Show Summary Details

Page of
PRINTED FROM Oxford Art Online. © Oxford University Press, 2019. All Rights Reserved. Under the terms of the licence agreement, an individual user may print out a PDF of a single article in Oxford Art Online for personal use (for details see Privacy Policy).

Science and contemporary artlocked

  • Jean Robertson
  •  and Craig McDaniel

Extract

The final decades of the 20th century and the beginning of the 21st century witnessed an increasing propensity for artists to incorporate aspects of science in their own art. In many fields of scientific research—including the cloning of mammals, the genetic modification of crops, the creation of bioengineered organs and tissues, advances in nanotechnology and robotics, experimental research in how the human mind works and the study of artificial intelligence—the frontiers of knowledge pushed outward at an accelerated pace. In the spirit of creative inquiry, or in order to critique the goals and outcomes of scientific experimentation and application, artists regularly borrowed subjects, tools and approaches from science as a means to the production of art (...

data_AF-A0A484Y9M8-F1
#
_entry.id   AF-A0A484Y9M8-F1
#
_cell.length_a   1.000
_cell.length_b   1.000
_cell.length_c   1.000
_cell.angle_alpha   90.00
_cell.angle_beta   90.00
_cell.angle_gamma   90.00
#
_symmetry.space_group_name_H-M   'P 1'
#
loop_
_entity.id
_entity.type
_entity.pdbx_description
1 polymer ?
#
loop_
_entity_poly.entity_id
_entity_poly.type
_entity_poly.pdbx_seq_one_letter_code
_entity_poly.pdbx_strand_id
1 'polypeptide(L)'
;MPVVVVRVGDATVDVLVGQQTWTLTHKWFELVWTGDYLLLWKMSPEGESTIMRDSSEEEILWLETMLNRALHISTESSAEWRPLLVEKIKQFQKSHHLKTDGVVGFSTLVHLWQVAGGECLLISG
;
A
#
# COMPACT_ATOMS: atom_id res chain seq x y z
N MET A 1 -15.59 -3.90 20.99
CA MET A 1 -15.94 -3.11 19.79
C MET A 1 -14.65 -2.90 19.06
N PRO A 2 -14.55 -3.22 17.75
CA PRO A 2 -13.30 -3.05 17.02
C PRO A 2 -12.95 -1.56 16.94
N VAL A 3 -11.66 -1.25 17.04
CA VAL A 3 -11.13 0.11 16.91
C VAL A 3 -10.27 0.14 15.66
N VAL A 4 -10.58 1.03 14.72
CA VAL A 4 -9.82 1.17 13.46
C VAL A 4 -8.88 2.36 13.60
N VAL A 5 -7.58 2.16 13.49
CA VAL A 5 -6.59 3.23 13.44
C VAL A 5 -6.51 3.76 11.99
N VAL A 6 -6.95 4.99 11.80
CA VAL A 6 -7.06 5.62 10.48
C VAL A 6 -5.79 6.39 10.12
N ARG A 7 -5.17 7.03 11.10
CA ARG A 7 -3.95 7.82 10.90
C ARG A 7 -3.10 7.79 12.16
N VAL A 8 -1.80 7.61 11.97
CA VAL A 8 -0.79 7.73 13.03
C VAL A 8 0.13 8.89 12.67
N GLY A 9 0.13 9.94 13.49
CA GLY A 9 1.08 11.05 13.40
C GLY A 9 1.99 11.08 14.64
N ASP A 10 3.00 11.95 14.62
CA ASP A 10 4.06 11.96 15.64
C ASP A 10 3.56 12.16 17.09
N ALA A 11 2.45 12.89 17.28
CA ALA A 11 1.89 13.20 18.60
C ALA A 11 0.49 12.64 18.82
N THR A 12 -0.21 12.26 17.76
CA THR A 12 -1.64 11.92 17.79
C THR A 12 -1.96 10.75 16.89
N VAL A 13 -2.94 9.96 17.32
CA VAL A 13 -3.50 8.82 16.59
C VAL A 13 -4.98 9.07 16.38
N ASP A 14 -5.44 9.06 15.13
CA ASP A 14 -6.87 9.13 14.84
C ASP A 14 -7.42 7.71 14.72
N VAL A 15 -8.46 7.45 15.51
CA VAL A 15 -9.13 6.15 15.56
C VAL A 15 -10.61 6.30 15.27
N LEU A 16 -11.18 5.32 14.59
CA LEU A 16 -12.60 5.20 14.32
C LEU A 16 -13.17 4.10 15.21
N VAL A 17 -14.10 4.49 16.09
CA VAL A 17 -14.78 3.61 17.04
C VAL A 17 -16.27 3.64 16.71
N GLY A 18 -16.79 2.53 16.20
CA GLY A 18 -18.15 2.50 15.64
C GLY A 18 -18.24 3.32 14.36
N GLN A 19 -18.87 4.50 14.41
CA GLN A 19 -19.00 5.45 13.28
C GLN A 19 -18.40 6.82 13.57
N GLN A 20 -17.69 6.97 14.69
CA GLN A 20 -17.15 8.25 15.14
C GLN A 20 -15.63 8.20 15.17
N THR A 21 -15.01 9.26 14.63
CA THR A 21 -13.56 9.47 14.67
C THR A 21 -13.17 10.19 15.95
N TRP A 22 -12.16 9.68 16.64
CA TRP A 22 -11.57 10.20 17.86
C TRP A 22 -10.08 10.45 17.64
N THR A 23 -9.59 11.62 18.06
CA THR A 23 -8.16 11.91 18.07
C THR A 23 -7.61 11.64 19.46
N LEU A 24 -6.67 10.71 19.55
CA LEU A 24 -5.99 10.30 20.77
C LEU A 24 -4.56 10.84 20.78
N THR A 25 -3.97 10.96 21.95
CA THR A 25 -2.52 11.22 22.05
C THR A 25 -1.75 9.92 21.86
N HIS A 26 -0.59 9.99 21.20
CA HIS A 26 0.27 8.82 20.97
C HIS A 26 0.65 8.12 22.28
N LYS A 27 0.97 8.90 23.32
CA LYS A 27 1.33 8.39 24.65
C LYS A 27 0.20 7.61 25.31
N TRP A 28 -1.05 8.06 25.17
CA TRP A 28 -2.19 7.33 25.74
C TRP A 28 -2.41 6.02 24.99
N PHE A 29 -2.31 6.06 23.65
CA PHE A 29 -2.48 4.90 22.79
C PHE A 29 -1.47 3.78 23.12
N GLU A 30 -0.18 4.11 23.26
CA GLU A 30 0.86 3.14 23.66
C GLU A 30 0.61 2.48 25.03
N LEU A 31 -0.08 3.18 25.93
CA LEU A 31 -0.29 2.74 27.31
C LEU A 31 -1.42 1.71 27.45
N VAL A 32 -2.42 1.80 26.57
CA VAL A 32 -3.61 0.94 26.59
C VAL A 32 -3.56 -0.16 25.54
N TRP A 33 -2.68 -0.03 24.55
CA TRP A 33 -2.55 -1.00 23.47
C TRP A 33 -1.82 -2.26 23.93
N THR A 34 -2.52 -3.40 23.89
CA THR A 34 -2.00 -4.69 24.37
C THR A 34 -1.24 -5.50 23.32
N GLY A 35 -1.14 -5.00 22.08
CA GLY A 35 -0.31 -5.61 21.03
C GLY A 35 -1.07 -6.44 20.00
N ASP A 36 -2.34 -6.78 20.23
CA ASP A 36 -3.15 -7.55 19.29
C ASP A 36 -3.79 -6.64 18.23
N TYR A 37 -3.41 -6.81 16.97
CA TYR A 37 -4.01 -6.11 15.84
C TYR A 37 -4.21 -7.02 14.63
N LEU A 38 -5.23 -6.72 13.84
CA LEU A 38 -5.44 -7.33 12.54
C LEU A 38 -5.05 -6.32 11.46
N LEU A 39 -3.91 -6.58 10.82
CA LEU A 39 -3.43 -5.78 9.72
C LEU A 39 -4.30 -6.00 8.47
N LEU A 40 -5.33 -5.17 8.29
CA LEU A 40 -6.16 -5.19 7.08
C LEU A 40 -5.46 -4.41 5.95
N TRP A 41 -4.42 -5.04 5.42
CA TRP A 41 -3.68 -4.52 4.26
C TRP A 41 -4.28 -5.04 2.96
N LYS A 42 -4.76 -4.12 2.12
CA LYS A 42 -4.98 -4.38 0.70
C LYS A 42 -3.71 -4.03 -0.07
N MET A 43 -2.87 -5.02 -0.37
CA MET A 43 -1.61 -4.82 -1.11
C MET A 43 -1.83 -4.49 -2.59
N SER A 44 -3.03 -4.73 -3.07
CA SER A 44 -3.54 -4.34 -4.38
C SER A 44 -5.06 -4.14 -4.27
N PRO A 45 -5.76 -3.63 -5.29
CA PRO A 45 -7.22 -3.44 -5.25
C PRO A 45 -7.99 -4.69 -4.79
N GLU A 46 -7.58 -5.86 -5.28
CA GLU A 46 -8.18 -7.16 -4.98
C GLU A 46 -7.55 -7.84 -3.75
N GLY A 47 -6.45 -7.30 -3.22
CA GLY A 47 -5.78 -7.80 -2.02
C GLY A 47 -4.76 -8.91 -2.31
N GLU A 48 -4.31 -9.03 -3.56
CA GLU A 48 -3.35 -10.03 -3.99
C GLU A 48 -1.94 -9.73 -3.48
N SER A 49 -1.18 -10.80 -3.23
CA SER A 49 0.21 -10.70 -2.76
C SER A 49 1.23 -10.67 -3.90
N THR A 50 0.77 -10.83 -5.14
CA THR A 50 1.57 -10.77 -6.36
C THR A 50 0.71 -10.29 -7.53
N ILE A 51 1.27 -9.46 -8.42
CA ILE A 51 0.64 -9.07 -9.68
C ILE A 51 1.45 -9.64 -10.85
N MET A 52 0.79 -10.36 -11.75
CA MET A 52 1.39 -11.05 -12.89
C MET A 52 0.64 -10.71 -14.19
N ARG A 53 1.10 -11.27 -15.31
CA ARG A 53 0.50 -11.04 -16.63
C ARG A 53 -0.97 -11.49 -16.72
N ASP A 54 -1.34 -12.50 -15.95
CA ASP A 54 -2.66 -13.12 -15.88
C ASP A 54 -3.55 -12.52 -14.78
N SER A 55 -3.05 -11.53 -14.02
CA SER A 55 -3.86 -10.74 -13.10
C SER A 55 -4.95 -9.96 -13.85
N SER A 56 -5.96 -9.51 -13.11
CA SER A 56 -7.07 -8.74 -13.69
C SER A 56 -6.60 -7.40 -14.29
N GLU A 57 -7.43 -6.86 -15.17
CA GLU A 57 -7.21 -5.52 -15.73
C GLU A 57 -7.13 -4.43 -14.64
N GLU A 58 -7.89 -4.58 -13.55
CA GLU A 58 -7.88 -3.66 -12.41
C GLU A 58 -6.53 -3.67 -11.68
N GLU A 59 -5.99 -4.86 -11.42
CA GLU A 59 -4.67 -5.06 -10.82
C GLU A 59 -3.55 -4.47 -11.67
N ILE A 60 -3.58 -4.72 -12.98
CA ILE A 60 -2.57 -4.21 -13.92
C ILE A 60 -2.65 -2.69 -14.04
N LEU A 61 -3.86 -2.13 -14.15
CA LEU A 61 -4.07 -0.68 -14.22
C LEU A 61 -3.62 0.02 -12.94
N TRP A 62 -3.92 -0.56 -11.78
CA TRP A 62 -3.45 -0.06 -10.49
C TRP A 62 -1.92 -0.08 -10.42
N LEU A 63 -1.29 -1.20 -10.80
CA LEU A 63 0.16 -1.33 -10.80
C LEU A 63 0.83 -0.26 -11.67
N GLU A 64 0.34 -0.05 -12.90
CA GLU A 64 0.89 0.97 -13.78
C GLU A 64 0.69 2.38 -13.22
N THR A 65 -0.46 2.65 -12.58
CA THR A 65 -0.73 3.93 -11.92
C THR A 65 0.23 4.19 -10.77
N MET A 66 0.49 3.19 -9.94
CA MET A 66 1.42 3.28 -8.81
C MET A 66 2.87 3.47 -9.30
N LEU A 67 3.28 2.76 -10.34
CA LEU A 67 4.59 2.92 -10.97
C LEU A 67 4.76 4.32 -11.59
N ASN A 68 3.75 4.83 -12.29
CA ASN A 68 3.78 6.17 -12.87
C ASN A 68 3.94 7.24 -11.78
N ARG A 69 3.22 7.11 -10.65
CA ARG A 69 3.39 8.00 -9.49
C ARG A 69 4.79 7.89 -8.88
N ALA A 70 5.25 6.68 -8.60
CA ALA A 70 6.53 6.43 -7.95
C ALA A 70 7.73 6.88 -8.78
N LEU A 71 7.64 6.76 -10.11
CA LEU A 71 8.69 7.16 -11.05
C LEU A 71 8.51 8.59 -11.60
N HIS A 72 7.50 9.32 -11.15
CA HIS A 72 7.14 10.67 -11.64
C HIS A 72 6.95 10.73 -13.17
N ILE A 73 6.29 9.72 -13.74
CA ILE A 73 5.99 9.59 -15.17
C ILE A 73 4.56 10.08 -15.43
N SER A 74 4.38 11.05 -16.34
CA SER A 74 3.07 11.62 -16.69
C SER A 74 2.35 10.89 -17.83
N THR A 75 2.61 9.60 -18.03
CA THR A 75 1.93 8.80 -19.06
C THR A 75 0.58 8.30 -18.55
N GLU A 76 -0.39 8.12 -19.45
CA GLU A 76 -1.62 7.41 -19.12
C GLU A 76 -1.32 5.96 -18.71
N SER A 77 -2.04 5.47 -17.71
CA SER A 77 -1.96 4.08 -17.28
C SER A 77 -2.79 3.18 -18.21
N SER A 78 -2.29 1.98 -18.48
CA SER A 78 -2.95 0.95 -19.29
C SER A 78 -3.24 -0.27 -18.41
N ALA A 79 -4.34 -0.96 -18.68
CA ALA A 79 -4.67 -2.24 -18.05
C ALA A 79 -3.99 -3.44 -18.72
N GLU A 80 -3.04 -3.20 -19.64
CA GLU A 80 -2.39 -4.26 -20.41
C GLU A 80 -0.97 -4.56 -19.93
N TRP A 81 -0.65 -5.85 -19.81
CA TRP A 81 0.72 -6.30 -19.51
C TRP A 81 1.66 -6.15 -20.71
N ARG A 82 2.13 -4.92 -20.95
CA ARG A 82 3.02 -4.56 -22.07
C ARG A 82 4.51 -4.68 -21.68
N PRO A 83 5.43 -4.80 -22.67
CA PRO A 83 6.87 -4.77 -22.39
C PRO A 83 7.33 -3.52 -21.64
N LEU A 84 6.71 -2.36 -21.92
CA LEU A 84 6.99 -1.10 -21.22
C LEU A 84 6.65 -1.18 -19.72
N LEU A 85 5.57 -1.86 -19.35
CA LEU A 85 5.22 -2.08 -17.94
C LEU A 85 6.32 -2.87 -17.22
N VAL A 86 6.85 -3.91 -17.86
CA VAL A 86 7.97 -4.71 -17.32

You do not currently have access to this article

Login

Please login to access the full content.

Subscribe

Please subscribe to access the full content.